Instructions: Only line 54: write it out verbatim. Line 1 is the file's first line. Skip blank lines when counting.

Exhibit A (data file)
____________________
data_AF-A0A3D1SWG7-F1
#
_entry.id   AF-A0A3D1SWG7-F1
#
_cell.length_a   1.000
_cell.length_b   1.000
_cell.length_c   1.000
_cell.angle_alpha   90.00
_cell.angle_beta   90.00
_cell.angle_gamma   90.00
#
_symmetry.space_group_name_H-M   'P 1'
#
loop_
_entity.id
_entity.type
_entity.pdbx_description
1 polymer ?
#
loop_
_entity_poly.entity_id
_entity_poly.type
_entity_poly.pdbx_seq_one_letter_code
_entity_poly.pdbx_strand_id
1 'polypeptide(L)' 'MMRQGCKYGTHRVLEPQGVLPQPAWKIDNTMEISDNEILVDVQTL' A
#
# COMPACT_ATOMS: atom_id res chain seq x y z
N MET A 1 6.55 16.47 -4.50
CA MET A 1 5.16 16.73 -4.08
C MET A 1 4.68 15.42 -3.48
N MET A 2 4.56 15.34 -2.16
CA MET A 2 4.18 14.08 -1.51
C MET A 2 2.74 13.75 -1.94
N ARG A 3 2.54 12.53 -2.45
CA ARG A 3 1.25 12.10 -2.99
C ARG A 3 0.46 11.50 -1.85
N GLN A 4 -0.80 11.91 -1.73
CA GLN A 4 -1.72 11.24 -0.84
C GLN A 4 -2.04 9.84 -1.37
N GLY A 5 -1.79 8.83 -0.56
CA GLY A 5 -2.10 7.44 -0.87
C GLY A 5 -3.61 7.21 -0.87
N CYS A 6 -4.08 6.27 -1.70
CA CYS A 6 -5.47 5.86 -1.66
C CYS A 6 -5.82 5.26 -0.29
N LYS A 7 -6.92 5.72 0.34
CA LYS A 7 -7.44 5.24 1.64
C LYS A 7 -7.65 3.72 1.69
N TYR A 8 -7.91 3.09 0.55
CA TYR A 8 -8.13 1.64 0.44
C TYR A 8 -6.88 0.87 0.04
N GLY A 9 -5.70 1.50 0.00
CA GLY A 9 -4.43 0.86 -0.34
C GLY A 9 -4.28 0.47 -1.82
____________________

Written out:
C GLY A 9 -4.28 0.47 -1.82